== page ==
Adam Levitin said...

Raising the g-fee might have been good advice in 2005-2006. Doing it now would help recapitalize the GSEs, but recapitalization of the GSEs isn't the primary policy concern for the administration in the housing market. As I see it, there are (at least) three problems with this proposed solution:

(1) raising the guarantee fee increases the cost of mortgages, which runs contrary to the government's myriad policies aimed at restarting the housing market (e.g., first time homebuyer tax credit).

(2) the GSE's have already raised their prices. You won't see this in the basic g-fee. Instead, there is a .25 point (not basis point) charge on all mortgages and a "loan level pricing adjustment" of up to 3 points (not basis points) depending on the risk profile of the loan (this includes refis). Most borrowers don't have the cash to pay up to 3.25 points up front, so these points are getting rolled into the interest rate, which has greatly increased the cost of mortgages. That's why there's now a huge spread between the federal funds rate and the mortgage rate.

(3) antitrust issues.

John Hempton said...

Antitrust: Non issue. The whole point of this is to raise prices to the point where the GSEs can't compete. There is no anti-trust between the private sector companies.

Raising the price of mortgages: Key issue. The subsidy keeps mortgages cheap. That is why getting out of the GSEs is difficult. Solution - do it slowly. Moreover the policy is reversible - if the housing market cracks you can explicitly put 5bps back in.

Sure the GSE fee has been raised a little - but not to the point where there is no subsidy. If 3 points keeps the GSEs in place do 6pts etc.

And it is not just about the G-Fee. You could also increase the expected spread at which mortgaes will be purchased. The GSEs have a model which says "buy mortgages when spread hits X". So use their internal model - but make it X plus 5bps. Then X plus 10bps.

The initial reaction of the market will be that market spreads go up. Eventually though it becomes profitable for private sector participants. They fill the void and Fannie and Freddie shrink.


babar ganesh said...

i was under the impression -- from your previous series and subsequent posts -- that the revenue line depended mostly on the interest rate spread as applied to the held portfolio and that the guarantee fee is only a small percentage of their revenues at this point; because of that i thought that the revenue line would have collapsed just because the interest rate spread flattened for a while.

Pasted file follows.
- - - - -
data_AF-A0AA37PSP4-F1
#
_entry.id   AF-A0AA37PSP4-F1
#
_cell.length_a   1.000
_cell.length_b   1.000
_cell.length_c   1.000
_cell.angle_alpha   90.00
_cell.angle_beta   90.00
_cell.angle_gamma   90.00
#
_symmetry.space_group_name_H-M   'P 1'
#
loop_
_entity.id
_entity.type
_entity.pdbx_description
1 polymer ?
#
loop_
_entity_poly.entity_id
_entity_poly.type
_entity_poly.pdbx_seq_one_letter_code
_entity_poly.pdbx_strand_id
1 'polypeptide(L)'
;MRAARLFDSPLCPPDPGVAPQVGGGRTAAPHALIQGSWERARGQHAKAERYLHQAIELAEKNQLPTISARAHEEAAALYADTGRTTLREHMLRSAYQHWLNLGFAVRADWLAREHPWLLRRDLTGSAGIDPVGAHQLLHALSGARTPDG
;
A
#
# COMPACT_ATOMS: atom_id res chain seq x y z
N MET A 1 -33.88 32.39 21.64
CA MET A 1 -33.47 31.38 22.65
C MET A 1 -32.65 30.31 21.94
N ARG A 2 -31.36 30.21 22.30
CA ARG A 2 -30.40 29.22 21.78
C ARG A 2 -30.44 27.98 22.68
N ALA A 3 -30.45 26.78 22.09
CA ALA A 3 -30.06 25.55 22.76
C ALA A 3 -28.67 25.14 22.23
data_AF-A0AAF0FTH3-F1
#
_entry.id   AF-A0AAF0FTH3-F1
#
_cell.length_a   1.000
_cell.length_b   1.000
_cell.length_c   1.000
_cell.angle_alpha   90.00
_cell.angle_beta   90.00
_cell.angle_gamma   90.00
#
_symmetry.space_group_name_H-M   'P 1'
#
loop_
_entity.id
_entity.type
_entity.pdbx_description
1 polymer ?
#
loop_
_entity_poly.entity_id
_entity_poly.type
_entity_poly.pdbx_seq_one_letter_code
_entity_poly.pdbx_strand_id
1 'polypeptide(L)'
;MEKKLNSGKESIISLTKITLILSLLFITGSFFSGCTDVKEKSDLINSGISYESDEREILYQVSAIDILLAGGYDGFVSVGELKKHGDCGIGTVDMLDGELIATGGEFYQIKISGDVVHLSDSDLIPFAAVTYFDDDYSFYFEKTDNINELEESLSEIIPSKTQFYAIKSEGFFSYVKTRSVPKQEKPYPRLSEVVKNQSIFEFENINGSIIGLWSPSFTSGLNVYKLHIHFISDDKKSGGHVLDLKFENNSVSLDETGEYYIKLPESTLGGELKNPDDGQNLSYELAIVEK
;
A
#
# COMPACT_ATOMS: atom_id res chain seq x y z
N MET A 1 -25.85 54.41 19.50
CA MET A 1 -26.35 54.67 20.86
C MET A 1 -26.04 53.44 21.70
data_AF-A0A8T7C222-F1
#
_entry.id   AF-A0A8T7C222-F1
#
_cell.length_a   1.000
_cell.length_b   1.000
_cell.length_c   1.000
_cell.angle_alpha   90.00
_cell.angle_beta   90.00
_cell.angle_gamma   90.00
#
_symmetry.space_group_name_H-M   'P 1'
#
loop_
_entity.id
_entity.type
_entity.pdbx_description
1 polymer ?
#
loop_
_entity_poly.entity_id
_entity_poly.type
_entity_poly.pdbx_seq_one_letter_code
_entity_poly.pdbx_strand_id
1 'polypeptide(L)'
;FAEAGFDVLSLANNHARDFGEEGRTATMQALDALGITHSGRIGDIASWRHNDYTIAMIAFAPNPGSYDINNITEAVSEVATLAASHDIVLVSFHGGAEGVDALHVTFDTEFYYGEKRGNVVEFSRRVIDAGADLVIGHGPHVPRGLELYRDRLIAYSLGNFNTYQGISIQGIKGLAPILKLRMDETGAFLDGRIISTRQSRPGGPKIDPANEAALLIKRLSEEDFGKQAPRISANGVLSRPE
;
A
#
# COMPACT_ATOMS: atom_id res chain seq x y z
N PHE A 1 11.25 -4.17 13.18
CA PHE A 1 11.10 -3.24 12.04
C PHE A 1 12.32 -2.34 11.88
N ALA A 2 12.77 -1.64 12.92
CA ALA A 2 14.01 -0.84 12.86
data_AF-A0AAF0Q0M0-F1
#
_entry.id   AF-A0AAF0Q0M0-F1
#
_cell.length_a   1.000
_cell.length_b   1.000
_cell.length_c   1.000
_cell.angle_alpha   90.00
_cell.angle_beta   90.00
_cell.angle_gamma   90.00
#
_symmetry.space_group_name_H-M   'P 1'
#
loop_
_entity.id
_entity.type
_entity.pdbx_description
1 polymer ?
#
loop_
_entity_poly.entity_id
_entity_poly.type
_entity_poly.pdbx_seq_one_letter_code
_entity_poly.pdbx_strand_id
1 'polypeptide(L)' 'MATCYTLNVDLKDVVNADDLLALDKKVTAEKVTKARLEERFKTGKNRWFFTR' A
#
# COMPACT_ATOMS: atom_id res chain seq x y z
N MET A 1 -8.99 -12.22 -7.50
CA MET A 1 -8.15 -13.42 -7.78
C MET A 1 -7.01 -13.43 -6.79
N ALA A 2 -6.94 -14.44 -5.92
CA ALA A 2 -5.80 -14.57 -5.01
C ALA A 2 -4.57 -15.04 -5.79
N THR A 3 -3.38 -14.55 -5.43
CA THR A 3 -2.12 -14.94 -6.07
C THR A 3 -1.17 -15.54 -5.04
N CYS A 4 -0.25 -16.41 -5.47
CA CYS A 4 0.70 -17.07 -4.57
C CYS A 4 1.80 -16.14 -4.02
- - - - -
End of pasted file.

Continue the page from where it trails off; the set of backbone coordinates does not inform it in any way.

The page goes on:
Anonymous said...

I like the idea, but the fantasy about "competition" arising is the most graphic allusion ever.

John Hempton said...

What if "competition arising" is a fantasy - and the government can raise spreads by 50bps without substantial private sector compensation.

Then you would need to make an argument that the mortgage market deserved or warranted that 50bps of subsidy. 50bps on 6 trillion dollars is 30 billion per annum. More than enough to bail out the GSEs.

But if it is 50bps then you need to ask why should taxpayers be subsidizing that amount. And if competition does arise - oh well - mortgages wind up 30-40bps more expensive without the GSEs.

You have to do this on both the guarantee book AND the owned portfolio.


Anonymous said...

One major issue which wasn't brought to light much was mortgages to minorities, and in the US, the word 'racism' was thrown around so much in 2000-2007 in regards to mortgage denials.

I'd say it's a fine thing to get rid of Fannie/Freddie, but it wouldn't main reason being this alleged 'racism'.

Matt Hill said...

I just can't imagine that Wall Street Banks and the certain Republicans that are bankrolled by them still think they can get away with grifting the taxpayers yet again. So they took us all for morons with the toxic mortgage crap several years ago. How do they have the gull to propose that they should be given all the reins to the US mortgage industry on the cheap? Are you kidding me? Is it really possible they can pull all this off and make the general public believe they are doing them a favor? This is the part in the low grade movie where everyone calls BS and says this type of thing is not realistic and could not happen in the real world. Is there a cigar room somewhere, where all the people orchestrating this grift job hang out and laugh about getting over on the financially ignorant American public? Can we all be duped as a Nation again by the Wall Street end around?

Please Washington, do the right thing and at least get our money back for us before handing the business off to Wall Street. Enough time has gone by. The story is soon to be made official that Frannie weren't the main culprit in the crisis. Do the right thing for us and you got my vote in 2012.

I'm just your average college educated IT guy, coaching my kids soccer team. If I can understand the real story behind all of this, please have faith that the rest of America can do so as well.

Jacob said...

to add some colour: in the Netherlands a similar entity (NHG/ 'the Dutch Mortgage Guarantee') charges 55 bp. and no competition in sight. of course, rules may differ here and there, but in essence it is the same construction.

there are voices saying 55bp might not be enough (and if my memory serves me well it was 80bp some years ago) to fund the coming correction.

so F&F charge just half???

Tim Coldwell said...